The Bloody Past – and Hermann Nitsch’s Ecstasy | Adobe Airstream.
n 1962, Austrian artist Hermann Nitsch crucified the carcass of a slaughtered lamb while an assistant poured the animals blood over him, staining the white fabric tunic he wore, producing what the artist called a relic. The event was called Blood Organ, a precursor to Nitschs blood paintings currently on display at MCA Denver and the genesis for Nitschs extravagantly staged and choreographed ritual performances – Aktionen, performed by his Orgien Mysterien Theater. Directed by Nitsch who serves as shaman, priest, and master of ceremonies, the Aktionen engage all five senses in an orgy of intoxication, spontaneity and impulsive frenzy to create an all encompassing, all embracing, total work of art””a gesamtkunstwerk””in which all forms are synthesized and subsumed. The events are filled with nude bodies, blood, wine, dancing, music, intoxicating scents, and tastes. Its a feast of existence, the goal of which is to restore the participants to an authentic state of being by overwhelming the buttoned-up repression that dominates the contemporary psyche.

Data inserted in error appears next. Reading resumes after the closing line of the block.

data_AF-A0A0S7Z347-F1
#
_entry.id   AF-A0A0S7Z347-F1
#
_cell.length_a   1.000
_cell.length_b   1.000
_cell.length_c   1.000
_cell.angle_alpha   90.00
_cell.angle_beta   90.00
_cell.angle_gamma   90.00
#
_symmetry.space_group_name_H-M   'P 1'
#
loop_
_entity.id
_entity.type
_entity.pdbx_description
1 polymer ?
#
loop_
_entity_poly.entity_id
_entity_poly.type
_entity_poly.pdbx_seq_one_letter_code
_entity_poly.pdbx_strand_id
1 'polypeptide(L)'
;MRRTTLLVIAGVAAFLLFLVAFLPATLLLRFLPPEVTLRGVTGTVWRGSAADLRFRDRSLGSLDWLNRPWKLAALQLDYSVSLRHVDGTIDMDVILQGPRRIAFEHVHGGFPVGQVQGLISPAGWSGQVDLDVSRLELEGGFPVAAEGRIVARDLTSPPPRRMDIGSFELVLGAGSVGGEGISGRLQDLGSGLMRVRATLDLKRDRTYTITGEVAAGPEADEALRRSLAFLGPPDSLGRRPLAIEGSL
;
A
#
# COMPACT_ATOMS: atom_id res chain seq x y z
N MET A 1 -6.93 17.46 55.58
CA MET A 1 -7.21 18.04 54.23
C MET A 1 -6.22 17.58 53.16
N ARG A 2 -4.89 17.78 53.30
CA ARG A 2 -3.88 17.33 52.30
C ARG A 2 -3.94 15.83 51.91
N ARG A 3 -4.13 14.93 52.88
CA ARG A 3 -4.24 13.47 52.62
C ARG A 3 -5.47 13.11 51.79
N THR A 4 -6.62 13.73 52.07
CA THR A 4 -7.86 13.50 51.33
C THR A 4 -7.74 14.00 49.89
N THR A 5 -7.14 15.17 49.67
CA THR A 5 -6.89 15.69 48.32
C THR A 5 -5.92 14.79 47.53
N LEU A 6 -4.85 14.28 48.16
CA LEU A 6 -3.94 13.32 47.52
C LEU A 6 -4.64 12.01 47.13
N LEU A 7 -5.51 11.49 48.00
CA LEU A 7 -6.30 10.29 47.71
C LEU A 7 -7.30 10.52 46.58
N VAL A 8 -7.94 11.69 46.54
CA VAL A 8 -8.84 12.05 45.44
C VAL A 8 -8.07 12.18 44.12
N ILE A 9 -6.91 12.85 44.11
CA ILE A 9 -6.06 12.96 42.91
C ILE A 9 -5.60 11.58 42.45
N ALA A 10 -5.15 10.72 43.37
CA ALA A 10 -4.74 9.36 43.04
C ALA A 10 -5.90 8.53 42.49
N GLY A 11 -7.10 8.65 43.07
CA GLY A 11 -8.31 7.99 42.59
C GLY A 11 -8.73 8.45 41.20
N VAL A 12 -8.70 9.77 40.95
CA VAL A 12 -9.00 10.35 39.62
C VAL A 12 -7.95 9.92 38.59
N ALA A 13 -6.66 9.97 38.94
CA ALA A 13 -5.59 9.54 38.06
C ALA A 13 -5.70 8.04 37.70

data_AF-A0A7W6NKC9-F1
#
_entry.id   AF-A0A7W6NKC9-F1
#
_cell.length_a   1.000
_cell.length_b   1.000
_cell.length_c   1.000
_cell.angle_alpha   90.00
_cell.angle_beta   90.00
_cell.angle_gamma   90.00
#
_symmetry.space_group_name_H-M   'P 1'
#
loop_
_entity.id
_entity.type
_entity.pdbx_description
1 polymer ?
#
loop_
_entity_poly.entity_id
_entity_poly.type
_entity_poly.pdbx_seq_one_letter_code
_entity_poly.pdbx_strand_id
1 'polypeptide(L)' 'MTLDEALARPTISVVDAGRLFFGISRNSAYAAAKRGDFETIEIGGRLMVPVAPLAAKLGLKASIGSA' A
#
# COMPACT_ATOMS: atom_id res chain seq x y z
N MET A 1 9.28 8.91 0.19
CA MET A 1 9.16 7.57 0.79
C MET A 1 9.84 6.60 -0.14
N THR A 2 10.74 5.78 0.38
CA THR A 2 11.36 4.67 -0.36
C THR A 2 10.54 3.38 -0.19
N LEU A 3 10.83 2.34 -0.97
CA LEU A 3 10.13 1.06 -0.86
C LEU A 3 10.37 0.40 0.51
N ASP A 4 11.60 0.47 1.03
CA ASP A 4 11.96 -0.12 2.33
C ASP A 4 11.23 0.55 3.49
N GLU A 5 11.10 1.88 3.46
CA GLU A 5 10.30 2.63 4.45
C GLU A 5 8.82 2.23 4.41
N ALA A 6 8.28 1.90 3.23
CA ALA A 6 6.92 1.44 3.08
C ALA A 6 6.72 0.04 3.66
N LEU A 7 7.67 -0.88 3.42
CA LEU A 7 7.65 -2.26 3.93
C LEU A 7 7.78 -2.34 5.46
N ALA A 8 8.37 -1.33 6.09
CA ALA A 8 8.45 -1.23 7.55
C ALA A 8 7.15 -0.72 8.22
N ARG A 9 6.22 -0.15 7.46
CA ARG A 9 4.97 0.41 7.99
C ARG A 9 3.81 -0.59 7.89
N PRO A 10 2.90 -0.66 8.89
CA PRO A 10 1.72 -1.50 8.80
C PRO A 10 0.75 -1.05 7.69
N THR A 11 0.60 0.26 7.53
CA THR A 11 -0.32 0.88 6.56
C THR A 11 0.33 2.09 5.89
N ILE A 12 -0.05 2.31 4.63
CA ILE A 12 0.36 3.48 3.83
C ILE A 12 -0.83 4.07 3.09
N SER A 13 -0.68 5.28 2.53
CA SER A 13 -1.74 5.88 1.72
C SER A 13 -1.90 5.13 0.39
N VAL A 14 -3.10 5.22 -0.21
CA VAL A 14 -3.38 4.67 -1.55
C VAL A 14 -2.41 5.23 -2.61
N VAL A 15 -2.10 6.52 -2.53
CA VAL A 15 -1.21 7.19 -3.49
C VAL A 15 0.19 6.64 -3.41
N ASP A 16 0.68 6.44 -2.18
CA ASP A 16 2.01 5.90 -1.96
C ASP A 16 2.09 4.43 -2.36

It is, therefore, somewhat surprising that Bloodlines is such a buttoned-up exhibition. It features no Aktionen, instead presents four relics of a “6-Day Play” that took place in August 1998, a monumental six-day-long performance wherein the artist ceremonially re-enacted the creation story, in a decadent event he declared his pinnacle. Also shown are “Schuttbild mit Hemd (Splatter Painting with Shirt),” (above) and “Ãœberarbeitetes Schuttbild (Revised Splatter Painting),” 2007. The exhibition on the surface appears reverential and religious. The paintings on the walls are vivid in their redness or greenness. Centered in the larger of the two galleries are six liturgical cassocks lying on wooden rack- like altars in a plumb alignment that would do Donald Judd proud. …
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